Climate disasters are legion in Australia. A government report details the extent of environmental damage and denounces political inaction.
The document was expected, and it is, unsurprisingly, unflattering. Tuesday, July 19, the new Australian report on the state of the environment, work of several hundred pages of a commission of more than thirty scientists, submitted to the government, was finally published.
Its broadcast was initially scheduled for 2021, but was postponed after the legislative elections by the conservative government led until last May by climate skeptic Scott Morrison. And given the content of the report, we understand why.
“With a rapidly changing climate, with declining biodiversity, the overall outlook for our environment is deteriorating. The consequences of this situation will affect us all. From the first sentences of the document, the scientists set the tone. The climate crisis is real, and Australia is at the forefront.
Australia continues to clear its land
Coral reefs, rivers, native primary forests… According to the report, “at least nineteen Australian ecosystems show signs of collapse”. Despite the extent of the damage described, the new text hardly surprises anymore. “This report follows a series of already very damning reports on the state of the environment, analyzes Kate Crowley, associate professor of public and environmental policy at the University of Tasmania. And the most alarming thing is that Australia continues to lose its natural spaces and clear its land.”
Because if the Australian environment is in such poor condition, scientists point out that it is a direct consequence of “increasing pressures from global warming, loss of natural habitats, invasive species, pollution, and resource extraction”.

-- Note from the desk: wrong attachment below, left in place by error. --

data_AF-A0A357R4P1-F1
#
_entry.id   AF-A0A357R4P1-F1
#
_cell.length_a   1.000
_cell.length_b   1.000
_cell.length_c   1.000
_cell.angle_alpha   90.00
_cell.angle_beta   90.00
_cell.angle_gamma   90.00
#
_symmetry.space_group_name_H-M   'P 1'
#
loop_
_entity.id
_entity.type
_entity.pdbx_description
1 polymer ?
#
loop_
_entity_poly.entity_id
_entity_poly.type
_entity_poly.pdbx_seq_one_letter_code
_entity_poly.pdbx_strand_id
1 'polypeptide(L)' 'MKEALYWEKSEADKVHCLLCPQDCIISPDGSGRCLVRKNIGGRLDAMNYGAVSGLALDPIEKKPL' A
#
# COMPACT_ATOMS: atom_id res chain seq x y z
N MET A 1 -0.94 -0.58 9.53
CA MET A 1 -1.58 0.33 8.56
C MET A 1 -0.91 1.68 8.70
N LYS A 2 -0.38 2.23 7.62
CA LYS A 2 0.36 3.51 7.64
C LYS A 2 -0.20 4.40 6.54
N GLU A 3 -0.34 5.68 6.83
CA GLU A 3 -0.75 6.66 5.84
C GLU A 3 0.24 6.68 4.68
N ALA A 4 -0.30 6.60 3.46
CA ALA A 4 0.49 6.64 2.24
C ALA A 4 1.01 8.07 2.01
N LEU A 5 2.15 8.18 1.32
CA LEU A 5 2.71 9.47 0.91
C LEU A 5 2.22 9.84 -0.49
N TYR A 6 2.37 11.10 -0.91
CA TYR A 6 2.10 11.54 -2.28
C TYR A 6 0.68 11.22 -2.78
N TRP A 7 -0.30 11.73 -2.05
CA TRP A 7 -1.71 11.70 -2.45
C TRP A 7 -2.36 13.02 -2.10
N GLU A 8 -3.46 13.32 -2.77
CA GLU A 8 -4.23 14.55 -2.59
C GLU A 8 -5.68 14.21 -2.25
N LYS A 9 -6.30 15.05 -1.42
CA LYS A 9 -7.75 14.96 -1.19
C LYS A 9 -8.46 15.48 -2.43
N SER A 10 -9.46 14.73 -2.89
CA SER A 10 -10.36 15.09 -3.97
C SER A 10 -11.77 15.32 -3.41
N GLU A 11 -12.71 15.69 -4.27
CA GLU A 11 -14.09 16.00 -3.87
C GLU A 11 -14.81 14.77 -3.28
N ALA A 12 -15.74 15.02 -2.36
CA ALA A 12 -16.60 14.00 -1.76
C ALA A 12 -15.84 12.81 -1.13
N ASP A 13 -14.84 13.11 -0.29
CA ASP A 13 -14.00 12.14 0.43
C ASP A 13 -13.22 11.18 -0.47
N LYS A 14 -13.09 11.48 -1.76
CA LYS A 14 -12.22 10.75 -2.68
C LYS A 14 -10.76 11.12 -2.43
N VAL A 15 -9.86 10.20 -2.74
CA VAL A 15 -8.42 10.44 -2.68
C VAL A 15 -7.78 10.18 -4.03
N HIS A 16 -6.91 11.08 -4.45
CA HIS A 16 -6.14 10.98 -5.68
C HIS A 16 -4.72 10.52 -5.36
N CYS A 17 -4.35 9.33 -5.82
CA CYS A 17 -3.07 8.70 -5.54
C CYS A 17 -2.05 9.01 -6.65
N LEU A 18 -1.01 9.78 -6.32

Ecosystems and species are endangered by this deterioration. One of the other key points of the report states that almost 200 species have been added to the list of species protected by the Conservation and Protection of the Environment and Biodiversity Code (EPBC)  since 2016. is the case with animals that are found only in Australia, such as the koala or the red-headed cockatoo,” recalls Sean Deane, head of the Save Sydney’s Koalas association.
This number of threatened species is expected to increase further, a probable consequence of the megafires of 2019 and 2020 which ravaged the forests, burned more than 8 million hectares of vegetation, and affected “between 1 and 3 billion animals”. Over the past two centuries, “Australia has lost more mammals than any other continent” and has “one of the highest rates of species decline among OECD countries”.
More frequent extreme weather events
The report was completed before the start of the year, marked by deadly floods – twenty dead on the east coast in March. And indicates that in the five years following the publication of the 2016 report, the country has more than ever been the scene of “extreme climatic phenomena”. Heat waves, droughts, megafires or floods… “The intensity and frequency” of these “climate-related” events are changing and affecting Australia as a whole. The period of seasonal fires would now extend “up to almost eight months”.
The researchers say it: the response of the authorities to the deterioration of the environment in Australia remains inadequate. Budget cuts “in biodiversity research”, disappearance of “funding for new national reserves”, they denounce the lack of investment in favor of environmental protection.
The Labor government of Anthony Albanese, which had made the publication of this report a priority, now knows what to expect. “This report is one of recognition”, continues Kate Crowley. For the researcher, the new government is more than ever faced with a fait accompli, forced to act.
Environment Minister Tanya Plibersek said on Monday: “With the Labor government, the environment is back on the priority list […] I will not put my head in the sand”. In front of the press the next day, she assured that she wanted to quickly put her nose in the legislation governing environmental management, considered disorganized in the report.